We may confidently conclude that given the way it has developed over the years, human rights has lost the individualism and the blinkered one-issue view of the world that it might once have been validly accused of having. It has matured into a way of doing progressive politics, sharing an egalitarian ethic, an understanding of the role of government and a consciousness of the need for democratic engagement with more formal political operators on the left of our political spectrum.
So What’s The Problem?
To work as politics, however, human rights need first to slew off a lot of baggage from the past. It may look like politics but it is not (yet) felt as politics.
First we need to work around the fact that the recent history of our subject has seen it grow out of anti-politics. The 1948 Declaration never caught on because it seemed so much to stand outside and apart from the big political questions of the moment – the rival models of the world offered by capitalism and communism: being in neither camp it ended up being brutally used by both, a plaything in the ‘no-mans-land’ of the Cold War.
When human rights began once more to take off in the late 1960s and early 1970s, it was not because of the international covenants with their careful words and nuances; rather human rights were incarnated in the work of moral activists whose greatness lay in the rejection of the politics around them – the politics of communism in the Soviet Bloc, of authoritarian tyranny in Latin America.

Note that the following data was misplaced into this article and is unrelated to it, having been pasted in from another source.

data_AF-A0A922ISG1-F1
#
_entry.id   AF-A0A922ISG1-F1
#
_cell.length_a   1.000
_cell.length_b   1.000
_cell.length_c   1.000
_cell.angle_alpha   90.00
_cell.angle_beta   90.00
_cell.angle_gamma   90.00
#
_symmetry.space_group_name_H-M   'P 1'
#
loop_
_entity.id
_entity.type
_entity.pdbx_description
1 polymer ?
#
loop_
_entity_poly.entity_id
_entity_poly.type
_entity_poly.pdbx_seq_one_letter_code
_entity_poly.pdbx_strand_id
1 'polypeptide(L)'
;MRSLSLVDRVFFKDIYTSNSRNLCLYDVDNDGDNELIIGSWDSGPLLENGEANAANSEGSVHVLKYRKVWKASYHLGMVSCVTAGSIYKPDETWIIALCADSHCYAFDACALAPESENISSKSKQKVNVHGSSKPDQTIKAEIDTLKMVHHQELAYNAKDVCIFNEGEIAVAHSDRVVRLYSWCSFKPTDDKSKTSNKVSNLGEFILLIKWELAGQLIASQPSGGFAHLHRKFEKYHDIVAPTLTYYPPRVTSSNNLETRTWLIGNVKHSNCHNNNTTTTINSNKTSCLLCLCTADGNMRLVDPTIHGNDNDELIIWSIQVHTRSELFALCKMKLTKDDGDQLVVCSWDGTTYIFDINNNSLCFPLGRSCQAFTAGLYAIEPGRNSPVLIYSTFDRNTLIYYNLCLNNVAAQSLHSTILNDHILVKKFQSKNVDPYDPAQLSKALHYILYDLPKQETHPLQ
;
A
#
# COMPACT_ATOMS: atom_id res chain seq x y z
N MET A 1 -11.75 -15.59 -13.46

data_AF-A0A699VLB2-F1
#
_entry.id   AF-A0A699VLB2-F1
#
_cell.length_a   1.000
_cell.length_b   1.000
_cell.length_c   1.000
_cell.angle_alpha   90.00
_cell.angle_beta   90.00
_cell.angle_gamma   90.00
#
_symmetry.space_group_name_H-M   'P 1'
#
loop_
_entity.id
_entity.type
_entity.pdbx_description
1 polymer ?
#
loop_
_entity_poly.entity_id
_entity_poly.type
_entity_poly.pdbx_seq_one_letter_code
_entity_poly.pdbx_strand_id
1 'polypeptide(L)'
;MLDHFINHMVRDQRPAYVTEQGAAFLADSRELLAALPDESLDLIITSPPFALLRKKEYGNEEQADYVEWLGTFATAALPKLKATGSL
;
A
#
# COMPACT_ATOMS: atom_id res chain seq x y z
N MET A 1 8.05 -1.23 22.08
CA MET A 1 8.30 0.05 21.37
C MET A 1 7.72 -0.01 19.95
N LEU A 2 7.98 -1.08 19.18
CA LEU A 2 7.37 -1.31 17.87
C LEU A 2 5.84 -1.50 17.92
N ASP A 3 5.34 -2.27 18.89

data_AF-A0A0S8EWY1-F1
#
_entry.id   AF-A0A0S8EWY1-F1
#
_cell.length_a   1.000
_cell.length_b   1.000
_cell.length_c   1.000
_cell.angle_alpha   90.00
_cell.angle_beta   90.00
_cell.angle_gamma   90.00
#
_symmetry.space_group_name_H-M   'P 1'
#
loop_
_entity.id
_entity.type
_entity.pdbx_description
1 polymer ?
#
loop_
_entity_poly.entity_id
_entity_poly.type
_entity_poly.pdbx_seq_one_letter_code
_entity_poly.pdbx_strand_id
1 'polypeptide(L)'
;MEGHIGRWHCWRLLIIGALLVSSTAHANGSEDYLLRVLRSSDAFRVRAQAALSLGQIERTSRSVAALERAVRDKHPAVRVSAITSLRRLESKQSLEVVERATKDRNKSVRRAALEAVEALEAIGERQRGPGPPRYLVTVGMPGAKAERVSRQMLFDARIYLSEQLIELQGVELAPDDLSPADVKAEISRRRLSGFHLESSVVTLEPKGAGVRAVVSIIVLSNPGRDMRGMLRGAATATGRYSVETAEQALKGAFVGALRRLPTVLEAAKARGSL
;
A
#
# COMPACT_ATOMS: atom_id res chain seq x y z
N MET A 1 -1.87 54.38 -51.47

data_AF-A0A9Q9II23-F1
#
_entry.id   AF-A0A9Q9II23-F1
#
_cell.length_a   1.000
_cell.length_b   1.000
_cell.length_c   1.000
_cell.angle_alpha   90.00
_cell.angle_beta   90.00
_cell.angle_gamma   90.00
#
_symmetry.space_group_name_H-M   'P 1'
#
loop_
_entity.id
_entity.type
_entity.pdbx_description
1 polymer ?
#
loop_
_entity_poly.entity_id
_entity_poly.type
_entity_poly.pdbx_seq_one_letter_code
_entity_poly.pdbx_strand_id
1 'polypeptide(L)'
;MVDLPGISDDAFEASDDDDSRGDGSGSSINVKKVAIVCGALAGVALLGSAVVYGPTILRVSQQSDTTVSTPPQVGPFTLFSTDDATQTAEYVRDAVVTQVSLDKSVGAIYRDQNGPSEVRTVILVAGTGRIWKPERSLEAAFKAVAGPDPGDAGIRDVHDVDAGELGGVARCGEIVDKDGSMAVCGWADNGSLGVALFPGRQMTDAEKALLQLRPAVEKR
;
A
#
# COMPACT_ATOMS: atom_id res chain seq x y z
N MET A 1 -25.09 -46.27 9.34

Linked to this rejectionism and giving it strength is the moral certainty that has long surrounded human rights. This is not in the law but in the minds of those who see in human rights an antidote to the disgraces of politics (the compromises; the deals; the concessions to power).
For many, human rights have seemed a temptingly quick route to that state of ethical Nirvana which the great patron saint of human rights Vaclav Havel has called (in a title to one of his books) Living in Truth. But it is hard to do business with somebody who is not only always right, but always better as well. What might have been true in the particular circumstances of Eastern Europe and South America in the 1970s and 1980s is not necessarily true everywhere, all the time. It cannot be true if the circumstance is democratic politics – as the churches have found (and human rights need to discover) preaching is not the same as dialogue.
The depth of this human rights’ separateness from politics is nowhere more evident than in its embrace of law. Wandering about outside the main narratives of the cold war, human rights seized on law as a neutral force that it could seek to possess. To the dissidents of the 1970s, law appeared as a moral force – a set of truths – through which to counter the political decay that they saw all around them, a kind of morality in action.
The idea of human rights has had great success in law: with the increased democratisation of the world, more and more states have constitutional courts enforcing bills of rights, and international bodies increasingly see an individual’s capacity to take legal action as a test of their very worth. But the price paid for this is to turn the whole subject over to the lawyers and in doing so to bleed it of its radical energy and political potential.